4.  Unplugging teenagers who have been connected to electronics too long.  We went through a hard phase when my teenage son first purchased HALO live.  Teens are playing live all night long and the temptation is there to disobey sleeping parents. We had to have our 15 year old son -- bring down the cable cord every single night at 10pm.  Failure to do so resulted in losing the game for a whole week.
 
We also had to limit him to two hours of playing time per day after school.  He chose from 3pm-5pm.  Since you are already dealing with a  teenager, it's best to set the rules straight from day one, however life is not always fair or practical -- so since you are the parent -- you can change your mind at any time and set the rules in your home. 
 
 It's no surprise with daily news accounts that children are spending too much time on the Internet, places like myspace.com  and it can be a dangerous place to be with pedophiles and dangerous people on line.  Monitoring everything your child is doind on line is a must!
Check their cookies and know their passwords and screen names.
 
Teenagers need secure boundaries and guidance and as parents it may be hard to listen to them complain at first, but it forces them to use their own minds, talents and creativity when they unplug from the electronics. 
 
Many times our teens have been grounded from electronics as they are a privilege in our home and when they are disobedient, disrespectful or deceitful the 3 D's they lose privileges.  The funny thing is when they are grounded from all the Electronics all of a sudden family becomes important and after their initial shock at being grounded from electronics, they actually start following you around and having conversations that are fantastic!  They even start to get under your feet a little connecting in a good way.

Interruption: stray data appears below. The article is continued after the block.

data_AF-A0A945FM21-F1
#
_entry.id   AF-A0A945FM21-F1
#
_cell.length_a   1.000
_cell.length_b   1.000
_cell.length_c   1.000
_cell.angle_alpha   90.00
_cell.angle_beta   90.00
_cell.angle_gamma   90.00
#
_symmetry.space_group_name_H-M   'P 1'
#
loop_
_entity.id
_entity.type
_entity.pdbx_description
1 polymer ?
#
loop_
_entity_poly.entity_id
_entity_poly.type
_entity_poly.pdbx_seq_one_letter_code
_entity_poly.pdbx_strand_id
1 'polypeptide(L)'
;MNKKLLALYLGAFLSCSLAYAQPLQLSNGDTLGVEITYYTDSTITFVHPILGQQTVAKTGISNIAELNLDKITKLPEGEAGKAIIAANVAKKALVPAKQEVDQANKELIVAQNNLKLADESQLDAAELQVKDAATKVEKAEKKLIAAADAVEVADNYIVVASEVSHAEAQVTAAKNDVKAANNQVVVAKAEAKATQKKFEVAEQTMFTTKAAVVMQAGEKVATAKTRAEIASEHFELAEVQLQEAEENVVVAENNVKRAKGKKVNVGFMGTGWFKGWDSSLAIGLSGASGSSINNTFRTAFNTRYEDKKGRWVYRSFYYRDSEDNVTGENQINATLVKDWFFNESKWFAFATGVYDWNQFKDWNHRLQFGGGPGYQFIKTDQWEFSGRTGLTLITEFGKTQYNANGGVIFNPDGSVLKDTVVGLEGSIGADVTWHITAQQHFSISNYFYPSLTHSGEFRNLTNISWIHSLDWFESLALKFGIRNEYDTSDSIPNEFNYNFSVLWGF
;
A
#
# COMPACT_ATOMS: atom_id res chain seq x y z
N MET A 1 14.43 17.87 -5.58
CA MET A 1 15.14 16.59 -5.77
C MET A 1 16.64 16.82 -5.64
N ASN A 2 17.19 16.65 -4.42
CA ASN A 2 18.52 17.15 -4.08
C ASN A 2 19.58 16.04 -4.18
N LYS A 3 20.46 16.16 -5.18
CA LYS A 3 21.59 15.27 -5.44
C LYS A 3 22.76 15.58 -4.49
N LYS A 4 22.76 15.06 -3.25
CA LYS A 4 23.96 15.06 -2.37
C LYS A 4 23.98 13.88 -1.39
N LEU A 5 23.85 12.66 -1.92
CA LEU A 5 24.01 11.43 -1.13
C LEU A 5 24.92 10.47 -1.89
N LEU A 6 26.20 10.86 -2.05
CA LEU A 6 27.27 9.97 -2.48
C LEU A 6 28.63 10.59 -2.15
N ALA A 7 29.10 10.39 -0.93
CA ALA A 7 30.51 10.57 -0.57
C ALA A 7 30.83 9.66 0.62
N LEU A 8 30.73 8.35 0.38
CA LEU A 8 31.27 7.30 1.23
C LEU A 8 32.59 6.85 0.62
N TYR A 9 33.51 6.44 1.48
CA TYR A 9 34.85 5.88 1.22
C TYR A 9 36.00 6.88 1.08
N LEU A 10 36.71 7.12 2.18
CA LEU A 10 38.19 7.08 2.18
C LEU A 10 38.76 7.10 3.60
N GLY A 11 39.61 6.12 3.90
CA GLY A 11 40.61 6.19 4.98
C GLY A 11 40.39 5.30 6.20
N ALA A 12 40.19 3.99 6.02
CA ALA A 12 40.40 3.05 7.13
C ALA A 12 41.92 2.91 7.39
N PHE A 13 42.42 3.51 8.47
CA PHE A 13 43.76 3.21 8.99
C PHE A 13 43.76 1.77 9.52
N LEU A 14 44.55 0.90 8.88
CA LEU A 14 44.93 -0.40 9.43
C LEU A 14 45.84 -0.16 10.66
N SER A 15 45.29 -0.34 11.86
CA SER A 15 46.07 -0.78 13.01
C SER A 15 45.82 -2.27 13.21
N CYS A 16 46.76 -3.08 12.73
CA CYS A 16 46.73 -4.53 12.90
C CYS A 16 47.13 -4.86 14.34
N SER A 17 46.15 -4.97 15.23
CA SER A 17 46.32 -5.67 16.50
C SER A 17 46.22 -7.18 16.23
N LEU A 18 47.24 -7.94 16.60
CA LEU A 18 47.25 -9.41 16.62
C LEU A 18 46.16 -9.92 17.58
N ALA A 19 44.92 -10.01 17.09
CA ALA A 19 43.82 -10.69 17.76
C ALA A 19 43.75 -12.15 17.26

5.  TELL lots of family stories, About your childhood, your family, your grandparents and parents and most of all tell the children about themselves when they were a baby, funny things they did, and so much more.  Kids remember all the funny stories family members tell and they connect and hold them dear for years to come.
 
6. REMEMBER You are the single most important influence in your child's life.  You job is to train them in the way they should go, teach, and guide them.  Staying connected to them is the only way you will be able to influence them in a positive way.
 
1Biggest mistake We made with our children, we had extra TV's and let them put them in their rooms.  It becomes too hard to monitor, too much temptation to turn it on.
 
2Best thing We did.  All children's bedrooms have no phone jacks.  We found teens can get in a lot of trouble when friends call private lines in their rooms after hours.  When they have to have "open" conversations and return cordless phones to the base it gives us some control of the phone.
 
Another great way to connect with your teen, (keep in mind you are no longer "cool" and won't be until they are broke and in college and then begin to respect what you have accomplished in life) is to take them out to lunch or dinner one on one--their pick one night per week.  Or let them cook dinner at home.